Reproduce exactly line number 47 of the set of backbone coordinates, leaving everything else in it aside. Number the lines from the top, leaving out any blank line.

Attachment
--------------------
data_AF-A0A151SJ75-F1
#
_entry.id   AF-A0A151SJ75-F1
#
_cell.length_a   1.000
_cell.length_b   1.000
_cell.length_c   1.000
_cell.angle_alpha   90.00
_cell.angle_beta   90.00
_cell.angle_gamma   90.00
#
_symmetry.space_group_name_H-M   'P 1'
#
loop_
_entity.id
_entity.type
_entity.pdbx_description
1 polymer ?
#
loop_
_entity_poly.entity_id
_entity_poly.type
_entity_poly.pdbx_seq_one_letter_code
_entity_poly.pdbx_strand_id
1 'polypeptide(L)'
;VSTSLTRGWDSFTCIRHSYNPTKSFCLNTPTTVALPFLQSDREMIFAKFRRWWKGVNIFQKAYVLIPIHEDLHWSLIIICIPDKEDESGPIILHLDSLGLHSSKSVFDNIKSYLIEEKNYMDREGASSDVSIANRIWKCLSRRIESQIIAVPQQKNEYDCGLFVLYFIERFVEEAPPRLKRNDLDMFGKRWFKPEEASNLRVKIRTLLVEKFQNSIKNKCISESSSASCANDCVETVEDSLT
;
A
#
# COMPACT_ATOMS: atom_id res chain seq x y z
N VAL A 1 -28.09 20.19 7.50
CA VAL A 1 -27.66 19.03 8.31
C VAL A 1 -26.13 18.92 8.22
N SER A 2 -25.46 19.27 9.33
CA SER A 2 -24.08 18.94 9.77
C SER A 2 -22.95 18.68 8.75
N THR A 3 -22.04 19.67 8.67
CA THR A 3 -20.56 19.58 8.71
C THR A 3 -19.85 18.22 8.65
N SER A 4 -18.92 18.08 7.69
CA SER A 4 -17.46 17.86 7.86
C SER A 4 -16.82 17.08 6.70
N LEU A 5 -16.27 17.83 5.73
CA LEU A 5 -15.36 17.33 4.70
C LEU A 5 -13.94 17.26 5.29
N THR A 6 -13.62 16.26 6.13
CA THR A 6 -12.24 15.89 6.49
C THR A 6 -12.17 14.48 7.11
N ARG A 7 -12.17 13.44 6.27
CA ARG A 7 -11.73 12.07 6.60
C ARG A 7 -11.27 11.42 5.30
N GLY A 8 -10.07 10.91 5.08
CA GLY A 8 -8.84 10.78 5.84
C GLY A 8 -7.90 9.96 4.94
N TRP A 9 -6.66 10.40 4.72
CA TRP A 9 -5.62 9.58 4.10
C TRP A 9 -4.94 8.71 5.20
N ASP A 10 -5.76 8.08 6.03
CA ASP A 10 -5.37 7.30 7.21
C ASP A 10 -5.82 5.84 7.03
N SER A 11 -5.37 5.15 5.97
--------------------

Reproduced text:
CA THR A 6 -12.24 15.89 6.49